Rory McIlroy’s day in court: parties locked in series of meetings

Further progress reported between golfer and Horizon Management

Rory McIlroy leaves the Four Courts in Dublin on Tuesday night after meetings between his side and Horizon Sports Management. Photograph: Courts Collins

Rory McIlroy leaves the Four Courts in Dublin on Tuesday night after meetings between his side and Horizon Sports Management. Photograph: Courts Collins

 

World number one golfer Rory McIlroy left the High Court on Tuesday night after several meetings between his side and Horizon Sports Management.

The golfer is suing Horizon, and they are countersuing.

The High Court case involving golfer McIlroy and his former agents was further deferred until 11am on Wednesday as further progress was reported in the talks.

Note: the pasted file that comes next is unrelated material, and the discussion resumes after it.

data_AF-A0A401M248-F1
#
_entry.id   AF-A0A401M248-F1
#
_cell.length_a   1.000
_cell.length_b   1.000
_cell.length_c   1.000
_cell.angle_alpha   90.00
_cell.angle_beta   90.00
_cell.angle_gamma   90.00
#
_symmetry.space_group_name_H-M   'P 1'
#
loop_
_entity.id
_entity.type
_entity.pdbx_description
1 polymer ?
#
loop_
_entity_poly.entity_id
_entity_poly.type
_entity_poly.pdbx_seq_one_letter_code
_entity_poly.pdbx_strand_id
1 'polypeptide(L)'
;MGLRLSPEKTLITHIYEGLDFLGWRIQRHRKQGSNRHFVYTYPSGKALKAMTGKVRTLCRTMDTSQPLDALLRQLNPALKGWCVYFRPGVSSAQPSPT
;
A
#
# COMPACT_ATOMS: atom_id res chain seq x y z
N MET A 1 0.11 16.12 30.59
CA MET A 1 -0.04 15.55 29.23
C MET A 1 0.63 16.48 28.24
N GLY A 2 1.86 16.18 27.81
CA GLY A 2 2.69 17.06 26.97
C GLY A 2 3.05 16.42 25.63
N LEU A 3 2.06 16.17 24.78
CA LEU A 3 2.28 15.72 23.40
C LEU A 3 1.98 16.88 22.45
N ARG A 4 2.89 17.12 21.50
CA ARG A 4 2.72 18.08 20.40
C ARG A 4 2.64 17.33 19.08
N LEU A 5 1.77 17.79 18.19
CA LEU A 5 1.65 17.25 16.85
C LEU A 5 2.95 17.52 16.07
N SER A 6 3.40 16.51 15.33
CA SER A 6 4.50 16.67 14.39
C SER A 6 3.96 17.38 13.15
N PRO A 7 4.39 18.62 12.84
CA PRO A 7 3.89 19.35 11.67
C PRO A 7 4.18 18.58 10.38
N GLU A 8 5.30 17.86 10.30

Paul Gallagher SC, for Mr McIlroy, told Mr Justice Brian Cregan the case was scheduled to last eight weeks and there are many issues involved.

Counsel said he and Paul Sreenan, senior counsel for the defendants, are seeing if they can narrow those issues.

Mr McIlroy, a four time Major winner, accompanied by a number of people, arrived early for consultations with his lawyers. He sat in a bench behind the lawyers waiting for the case to start before the judge came out at 11am.

In his action before the Commercial Court, the 25-year-old claims Horizon Sports Management in charged commissions “many times greater” than is standard.

McIlroy joined Horizon’s stable of golfers – which also included fellow-Major champion Graeme McDowell – in December 2011 and, in March 2013, he signed an extended contract that would take him up to 2017.

He is suing the company, along with Gurteen Ltd and Canovan Management Services, claiming the representation agreement he signed is unenforceable on grounds including undue influence and improvidence.

McIlroy claims he was just 22 when he signed the agreement, without the benefit of legal advice and with no business experience.

The defendants deny the claims and have counter-claimed for revenues allegedly outstanding under the agreement for off-course revenues.

They estimate they are owed $9 million (€7.9 million) in commission and are seeking damages for loss of further revenues.